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September 19, 2014


Luis Enrique

is it fair on "the left" to use Richard Murphy as an exemplar?


@Luis Fair or not, it's a widely read blog with a lot of influence.


There are some, though, who treat markets as optimal when they should recognise their weaknesses and guard against them.


You may be being unfair... I am sure most people left or right know banks should be regulated far more strictly than purveyors of greens. They merely are confused or uncertain how to do this. The fact that markets are driven by greed is the virtue but also vice. How to remove the bad effects of greed while keeping the good?

Adam Smith is himself aware that any meeting of business men tends to lead to conspiracies against the public good. How to stop it eludes us.


I don't think smith would have used the word 'greed' which he associated with the predations of the powerful. But rather self-love or self regard. Which unlike greed was a virtue, as it helps prevent people becoming a burden on others.


I don't see the problem with his post. He's saying that all functional markets operate with state intervention. That the libertarian version of unregulated but functional free markets is impossible. These two things are conventionally true.

Jose Romeu Robazzi

I am not a specialist, but every bubble in history seems to have been preceded by some form of monetary expansion (usually engineered by government, and not endogenous to the markets), The South Sea bubble, Brazilian "Encilhamento" in early 20th century, the twenties in the US, early 21st century in the US. Some of these are disputable clains, but saying that bubbles are endogenous to markets, when markets are not completely free is at least intelectually dishonest ...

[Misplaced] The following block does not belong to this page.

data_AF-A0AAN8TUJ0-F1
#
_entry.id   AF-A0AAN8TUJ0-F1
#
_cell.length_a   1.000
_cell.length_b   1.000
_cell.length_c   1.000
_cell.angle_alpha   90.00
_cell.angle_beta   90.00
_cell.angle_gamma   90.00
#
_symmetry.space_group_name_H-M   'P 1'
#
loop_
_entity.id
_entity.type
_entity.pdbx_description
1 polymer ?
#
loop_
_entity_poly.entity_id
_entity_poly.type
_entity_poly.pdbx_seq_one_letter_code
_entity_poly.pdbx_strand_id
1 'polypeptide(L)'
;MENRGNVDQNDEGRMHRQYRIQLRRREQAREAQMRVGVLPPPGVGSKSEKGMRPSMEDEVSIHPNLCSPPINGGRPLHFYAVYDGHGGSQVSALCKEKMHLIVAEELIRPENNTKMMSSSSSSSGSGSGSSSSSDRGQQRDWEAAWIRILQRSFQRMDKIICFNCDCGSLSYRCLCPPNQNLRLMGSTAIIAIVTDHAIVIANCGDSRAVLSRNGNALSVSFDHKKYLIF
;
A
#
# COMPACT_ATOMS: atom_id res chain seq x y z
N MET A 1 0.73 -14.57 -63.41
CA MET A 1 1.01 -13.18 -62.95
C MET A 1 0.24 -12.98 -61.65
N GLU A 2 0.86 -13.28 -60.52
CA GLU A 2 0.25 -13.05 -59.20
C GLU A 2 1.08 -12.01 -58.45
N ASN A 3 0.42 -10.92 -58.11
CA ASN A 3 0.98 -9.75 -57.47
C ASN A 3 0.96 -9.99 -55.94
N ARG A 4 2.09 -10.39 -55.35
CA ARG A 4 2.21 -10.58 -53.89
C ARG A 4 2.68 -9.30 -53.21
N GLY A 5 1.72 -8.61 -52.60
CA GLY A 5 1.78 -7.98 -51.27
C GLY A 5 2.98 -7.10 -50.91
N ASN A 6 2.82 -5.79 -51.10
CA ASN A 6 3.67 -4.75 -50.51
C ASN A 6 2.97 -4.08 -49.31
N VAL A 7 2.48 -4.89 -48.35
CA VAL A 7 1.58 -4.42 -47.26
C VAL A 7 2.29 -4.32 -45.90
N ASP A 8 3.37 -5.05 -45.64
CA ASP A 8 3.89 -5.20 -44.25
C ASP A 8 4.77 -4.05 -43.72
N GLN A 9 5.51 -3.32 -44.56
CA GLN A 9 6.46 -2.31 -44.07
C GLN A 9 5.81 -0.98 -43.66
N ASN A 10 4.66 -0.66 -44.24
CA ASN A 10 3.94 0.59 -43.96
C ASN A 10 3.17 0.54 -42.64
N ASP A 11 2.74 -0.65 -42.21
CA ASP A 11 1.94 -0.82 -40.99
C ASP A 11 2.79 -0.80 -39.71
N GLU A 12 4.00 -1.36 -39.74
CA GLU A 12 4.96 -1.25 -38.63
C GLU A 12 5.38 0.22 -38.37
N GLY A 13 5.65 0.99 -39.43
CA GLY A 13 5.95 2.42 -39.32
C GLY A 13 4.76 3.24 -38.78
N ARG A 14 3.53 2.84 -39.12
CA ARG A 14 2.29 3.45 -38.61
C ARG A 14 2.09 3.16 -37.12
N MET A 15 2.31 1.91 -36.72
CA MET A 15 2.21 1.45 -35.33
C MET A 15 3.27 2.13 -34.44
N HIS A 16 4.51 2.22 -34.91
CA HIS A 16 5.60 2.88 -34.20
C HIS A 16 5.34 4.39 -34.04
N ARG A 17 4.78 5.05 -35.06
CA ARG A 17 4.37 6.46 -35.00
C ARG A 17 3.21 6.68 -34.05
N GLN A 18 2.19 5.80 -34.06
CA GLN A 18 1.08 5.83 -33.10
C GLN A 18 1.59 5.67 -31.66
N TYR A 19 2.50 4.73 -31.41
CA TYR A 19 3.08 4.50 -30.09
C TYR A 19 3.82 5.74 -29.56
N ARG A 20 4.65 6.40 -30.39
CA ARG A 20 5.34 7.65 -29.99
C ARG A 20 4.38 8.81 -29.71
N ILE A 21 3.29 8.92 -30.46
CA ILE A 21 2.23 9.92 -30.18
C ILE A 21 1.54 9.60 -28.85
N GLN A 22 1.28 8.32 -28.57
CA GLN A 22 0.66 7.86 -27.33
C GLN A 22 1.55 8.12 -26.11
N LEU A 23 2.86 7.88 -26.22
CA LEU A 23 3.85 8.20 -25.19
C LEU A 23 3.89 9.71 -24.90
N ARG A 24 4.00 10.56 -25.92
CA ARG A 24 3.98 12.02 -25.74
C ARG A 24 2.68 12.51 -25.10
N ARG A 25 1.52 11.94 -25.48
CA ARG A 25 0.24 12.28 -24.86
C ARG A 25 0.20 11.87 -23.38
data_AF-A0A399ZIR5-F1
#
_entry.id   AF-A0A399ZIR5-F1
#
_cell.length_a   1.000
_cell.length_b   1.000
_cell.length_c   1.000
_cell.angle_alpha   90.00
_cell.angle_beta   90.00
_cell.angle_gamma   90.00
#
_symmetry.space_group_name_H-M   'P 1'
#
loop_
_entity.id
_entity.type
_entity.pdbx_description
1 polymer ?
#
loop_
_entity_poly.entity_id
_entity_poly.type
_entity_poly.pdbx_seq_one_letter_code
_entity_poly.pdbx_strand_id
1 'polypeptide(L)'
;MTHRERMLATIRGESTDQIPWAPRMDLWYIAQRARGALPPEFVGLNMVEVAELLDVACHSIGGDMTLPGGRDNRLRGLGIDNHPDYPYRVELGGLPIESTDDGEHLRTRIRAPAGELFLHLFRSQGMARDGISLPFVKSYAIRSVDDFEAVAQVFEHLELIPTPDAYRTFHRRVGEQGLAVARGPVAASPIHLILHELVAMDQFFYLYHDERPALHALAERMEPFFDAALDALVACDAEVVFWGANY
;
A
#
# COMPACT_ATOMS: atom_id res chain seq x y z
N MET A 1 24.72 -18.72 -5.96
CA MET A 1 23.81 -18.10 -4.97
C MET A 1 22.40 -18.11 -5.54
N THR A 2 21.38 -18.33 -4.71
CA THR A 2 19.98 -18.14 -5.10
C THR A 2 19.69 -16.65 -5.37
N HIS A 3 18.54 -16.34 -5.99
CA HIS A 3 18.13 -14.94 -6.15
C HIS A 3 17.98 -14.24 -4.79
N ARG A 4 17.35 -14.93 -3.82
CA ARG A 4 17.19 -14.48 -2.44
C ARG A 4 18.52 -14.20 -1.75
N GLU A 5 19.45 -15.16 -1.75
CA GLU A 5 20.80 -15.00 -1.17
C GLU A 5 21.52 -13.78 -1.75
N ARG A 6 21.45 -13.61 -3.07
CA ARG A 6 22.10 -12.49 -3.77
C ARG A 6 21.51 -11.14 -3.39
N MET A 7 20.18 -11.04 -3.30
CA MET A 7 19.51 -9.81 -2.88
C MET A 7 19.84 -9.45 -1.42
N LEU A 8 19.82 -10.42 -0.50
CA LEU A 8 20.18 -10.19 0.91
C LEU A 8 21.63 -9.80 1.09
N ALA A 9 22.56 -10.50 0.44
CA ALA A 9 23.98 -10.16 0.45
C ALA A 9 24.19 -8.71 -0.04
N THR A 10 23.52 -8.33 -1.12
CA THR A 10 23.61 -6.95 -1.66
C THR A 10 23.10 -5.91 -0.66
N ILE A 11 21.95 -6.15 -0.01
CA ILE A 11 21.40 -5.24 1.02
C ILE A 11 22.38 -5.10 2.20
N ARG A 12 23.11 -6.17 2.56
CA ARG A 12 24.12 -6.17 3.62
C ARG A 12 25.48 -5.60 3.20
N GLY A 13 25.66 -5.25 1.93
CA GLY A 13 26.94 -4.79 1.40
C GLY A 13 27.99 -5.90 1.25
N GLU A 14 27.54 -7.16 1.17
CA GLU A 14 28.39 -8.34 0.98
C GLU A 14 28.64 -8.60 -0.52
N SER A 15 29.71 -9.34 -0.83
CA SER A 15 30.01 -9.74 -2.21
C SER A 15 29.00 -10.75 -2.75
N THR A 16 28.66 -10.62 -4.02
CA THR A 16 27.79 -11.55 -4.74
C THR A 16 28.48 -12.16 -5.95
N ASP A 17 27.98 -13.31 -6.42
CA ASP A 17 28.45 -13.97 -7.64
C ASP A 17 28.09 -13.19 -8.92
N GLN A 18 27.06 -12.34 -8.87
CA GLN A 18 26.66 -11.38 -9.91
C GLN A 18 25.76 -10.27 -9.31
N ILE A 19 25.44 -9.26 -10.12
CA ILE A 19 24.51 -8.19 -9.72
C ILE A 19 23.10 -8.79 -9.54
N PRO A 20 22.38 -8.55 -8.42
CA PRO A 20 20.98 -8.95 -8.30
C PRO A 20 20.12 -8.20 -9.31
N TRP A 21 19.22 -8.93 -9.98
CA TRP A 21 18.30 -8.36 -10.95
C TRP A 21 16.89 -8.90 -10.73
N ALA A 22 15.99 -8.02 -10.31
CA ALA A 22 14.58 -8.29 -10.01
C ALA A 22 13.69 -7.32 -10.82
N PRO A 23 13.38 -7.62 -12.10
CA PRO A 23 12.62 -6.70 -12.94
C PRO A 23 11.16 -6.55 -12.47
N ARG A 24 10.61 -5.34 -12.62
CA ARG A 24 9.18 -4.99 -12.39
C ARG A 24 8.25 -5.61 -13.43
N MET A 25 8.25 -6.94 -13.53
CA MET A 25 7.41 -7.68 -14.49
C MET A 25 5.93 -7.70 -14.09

gastro george

"... he was capturing the possibility that markets could channel greed for useful ends. By contrast, the argument against state control is that the state will be captured by the rich used used to serve their interests ..."

I'd like to focus on the use of the words "could" and "will be" here. They're doing a lot of work and showing a point of view that is at least debatable.

"Markets" can equally well be captured by the rich. State control could be channelled for useful ends. What's important in both are the relationships of power and its regulation.

Herbie Destroys the Environment

There is a tendency among libertarians to talk of the market as if it is the sum total of the system, of human relations. They live on the perfect competition cloud, this is where abstract ideas get you.

Because they see the market as the dominant thing and not simply a derivative, anything that deviates from the market is seen as deviant or dastardly. So relations that are not conducted via the market are seen as vested interest. while this can be true it is hardly the starting point and is hardly the whole truth.

The libertarians mystify the market, turn it into something supernatural. But it's just real people making real decisions about our lives at the end of the day.

This article betrays some of that mentality.


Jose, what was the GFC if not a wave of endogenous bank-created private debt breaking on the shoal of a bursting asset-inflation bubble?

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